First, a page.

He thinks he’s lost me in the store.
Mad because he can’t find his matchbox car; (the one I told him not to bring because history has a way of repeating itself with five-year-olds),
he hides behind the rack of Hallmark Cards and then wanders farther. He doesn’t know I am watching him.
But I am.
And when he comes back to me, his head is down and the disappearing fullness of his cheeks peek out from above his neck.
He lost his baby fat somewhere between the parked car and the aisle of perennials.
I reach for his hand and guide him toward the Evergreens; the little ones that can be pruned and shaped when planted in a container.
His fingers pull away from mine to touch their prickly texture and we pick two; their green is vibrant and otherworldly when we load them into the truck.
Everyone likes our trees he says, and he must be right:
the shoppers who push their empty carts back through the parking lot smile at his proud, dirt-smudged face as his nose brushes the scent of sapling promise.
When we are home, we go about the business of moving the eager trees into their bereft planters, and the little big boy at my side starts to talk.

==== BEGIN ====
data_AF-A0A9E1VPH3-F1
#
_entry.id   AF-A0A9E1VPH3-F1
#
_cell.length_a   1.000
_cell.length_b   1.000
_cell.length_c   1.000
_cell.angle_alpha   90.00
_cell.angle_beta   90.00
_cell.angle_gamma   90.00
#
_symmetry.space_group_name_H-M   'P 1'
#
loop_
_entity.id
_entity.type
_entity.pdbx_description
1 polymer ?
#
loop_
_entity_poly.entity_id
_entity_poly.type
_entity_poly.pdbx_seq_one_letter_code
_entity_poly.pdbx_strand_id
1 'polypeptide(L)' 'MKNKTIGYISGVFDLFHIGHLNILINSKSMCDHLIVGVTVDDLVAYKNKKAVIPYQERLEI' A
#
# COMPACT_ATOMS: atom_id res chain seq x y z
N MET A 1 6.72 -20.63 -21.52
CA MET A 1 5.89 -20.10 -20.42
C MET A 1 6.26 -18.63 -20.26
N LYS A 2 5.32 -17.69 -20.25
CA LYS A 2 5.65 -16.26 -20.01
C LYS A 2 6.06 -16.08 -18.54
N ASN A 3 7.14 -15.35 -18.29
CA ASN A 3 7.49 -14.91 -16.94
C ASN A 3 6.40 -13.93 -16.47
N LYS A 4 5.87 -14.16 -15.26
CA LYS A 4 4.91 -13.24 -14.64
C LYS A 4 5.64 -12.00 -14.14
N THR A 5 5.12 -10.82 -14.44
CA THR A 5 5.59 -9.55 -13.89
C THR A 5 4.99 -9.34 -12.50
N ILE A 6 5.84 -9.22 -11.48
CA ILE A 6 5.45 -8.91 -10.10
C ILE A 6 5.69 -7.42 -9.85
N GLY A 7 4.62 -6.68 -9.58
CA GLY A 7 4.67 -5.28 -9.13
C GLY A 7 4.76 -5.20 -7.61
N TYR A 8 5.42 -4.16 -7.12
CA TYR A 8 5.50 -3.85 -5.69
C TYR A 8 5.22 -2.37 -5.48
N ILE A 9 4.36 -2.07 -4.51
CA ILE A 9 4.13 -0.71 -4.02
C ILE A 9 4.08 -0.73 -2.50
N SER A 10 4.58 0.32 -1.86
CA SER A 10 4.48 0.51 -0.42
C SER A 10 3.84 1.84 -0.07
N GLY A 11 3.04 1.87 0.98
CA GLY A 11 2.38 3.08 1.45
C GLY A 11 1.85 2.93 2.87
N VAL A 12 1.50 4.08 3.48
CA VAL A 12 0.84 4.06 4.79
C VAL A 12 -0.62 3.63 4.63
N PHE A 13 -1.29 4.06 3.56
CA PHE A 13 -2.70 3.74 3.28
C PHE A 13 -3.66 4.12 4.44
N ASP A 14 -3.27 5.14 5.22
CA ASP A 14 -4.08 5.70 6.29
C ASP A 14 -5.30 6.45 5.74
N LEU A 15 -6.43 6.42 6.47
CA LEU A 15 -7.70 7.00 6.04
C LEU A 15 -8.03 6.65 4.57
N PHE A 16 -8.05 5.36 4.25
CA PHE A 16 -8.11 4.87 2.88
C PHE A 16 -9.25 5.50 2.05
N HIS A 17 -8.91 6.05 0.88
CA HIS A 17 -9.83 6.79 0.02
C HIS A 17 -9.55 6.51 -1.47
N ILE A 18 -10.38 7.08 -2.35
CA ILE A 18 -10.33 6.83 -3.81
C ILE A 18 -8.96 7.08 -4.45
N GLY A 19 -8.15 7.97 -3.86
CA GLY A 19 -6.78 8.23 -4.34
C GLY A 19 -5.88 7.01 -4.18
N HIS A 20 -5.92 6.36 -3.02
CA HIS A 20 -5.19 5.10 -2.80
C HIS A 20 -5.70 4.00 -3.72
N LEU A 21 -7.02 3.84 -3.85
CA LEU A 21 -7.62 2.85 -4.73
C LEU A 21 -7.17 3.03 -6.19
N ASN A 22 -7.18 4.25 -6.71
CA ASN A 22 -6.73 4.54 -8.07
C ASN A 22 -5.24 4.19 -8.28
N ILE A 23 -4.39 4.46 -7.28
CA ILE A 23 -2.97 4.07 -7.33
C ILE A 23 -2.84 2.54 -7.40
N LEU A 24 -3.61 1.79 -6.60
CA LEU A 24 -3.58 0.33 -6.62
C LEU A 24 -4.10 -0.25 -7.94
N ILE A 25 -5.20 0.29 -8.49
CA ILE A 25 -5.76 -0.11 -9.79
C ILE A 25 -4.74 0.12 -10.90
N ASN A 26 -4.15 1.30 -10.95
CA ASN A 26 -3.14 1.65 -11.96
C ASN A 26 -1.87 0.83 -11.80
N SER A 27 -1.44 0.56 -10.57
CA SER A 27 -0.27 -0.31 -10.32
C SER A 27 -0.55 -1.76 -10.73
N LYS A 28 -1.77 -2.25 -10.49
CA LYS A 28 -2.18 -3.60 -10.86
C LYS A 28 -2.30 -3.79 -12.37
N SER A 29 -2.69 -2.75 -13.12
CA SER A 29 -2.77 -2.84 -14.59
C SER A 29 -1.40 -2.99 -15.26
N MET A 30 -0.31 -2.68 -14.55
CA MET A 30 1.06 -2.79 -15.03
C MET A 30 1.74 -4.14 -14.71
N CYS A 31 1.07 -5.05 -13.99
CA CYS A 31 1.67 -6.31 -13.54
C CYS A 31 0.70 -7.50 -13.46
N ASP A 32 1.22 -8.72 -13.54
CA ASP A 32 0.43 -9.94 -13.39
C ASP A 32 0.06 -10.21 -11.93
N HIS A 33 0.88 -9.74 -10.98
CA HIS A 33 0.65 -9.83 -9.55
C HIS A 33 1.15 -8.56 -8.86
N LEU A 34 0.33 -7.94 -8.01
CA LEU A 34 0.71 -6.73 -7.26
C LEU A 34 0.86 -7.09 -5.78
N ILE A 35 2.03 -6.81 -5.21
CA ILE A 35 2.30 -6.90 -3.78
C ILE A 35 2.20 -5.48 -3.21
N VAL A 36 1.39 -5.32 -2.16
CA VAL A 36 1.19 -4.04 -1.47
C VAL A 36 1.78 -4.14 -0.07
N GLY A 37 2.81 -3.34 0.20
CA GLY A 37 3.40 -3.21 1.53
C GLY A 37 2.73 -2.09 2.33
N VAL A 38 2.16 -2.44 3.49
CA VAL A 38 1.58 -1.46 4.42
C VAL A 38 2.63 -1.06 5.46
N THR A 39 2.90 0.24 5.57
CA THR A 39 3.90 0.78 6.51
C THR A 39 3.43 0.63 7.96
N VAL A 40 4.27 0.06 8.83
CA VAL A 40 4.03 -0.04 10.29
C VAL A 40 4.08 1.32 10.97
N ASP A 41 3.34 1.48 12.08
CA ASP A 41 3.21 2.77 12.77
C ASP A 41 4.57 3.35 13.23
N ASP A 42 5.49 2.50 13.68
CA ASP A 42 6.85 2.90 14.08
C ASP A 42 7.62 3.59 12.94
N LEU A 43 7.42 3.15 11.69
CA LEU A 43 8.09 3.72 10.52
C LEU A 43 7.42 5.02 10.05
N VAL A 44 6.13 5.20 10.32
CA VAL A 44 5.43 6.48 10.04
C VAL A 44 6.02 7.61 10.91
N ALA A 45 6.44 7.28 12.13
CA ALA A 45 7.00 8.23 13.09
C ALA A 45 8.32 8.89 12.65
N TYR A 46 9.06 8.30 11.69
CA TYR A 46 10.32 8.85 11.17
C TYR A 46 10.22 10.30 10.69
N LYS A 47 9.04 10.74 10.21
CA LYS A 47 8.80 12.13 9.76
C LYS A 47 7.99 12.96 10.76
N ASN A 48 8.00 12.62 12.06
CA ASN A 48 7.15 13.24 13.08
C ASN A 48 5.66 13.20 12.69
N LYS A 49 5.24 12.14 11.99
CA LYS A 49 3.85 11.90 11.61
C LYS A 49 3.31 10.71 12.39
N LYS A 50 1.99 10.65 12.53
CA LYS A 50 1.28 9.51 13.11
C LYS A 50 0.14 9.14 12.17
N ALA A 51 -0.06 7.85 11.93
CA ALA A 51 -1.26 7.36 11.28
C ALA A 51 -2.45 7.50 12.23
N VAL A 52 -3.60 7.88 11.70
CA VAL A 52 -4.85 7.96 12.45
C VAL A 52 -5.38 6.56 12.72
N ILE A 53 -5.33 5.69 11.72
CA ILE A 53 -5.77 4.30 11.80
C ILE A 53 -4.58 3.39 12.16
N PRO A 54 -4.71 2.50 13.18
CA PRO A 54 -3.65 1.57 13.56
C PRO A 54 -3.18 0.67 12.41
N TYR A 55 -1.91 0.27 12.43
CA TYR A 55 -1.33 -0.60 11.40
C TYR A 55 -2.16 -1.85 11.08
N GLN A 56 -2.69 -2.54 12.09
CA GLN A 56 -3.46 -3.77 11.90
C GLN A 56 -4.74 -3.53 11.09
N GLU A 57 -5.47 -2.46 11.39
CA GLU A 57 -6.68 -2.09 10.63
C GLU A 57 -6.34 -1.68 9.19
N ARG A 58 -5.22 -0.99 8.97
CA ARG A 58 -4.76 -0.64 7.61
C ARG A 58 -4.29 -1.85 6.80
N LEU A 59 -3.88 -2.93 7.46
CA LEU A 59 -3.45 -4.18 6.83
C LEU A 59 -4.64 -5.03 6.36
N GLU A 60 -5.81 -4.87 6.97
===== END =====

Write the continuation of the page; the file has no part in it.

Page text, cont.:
Don’t be scared, he pets their temporarily faded branches;
Hurry mom, he insists, touching the first tree like a favored cat.
You’ll like your new home, he whispers into their upward stems while dirt is poured.
Then the second tree into the empty planter: both are dually satisfied and his talk more confident this time.
It’s okay tree, his singsong words are a poem caroled across the yard when he runs to retrieve the watering can and then the open mouth of the long hose.
When the two meet, a feathery spray of water dampens my clothes and we laugh.
I’ve grabbed the pruning shears by now,
and I even out just few branches on each tree before we set them in the sun
so the little gardener can pour the arching stream of water into their roots.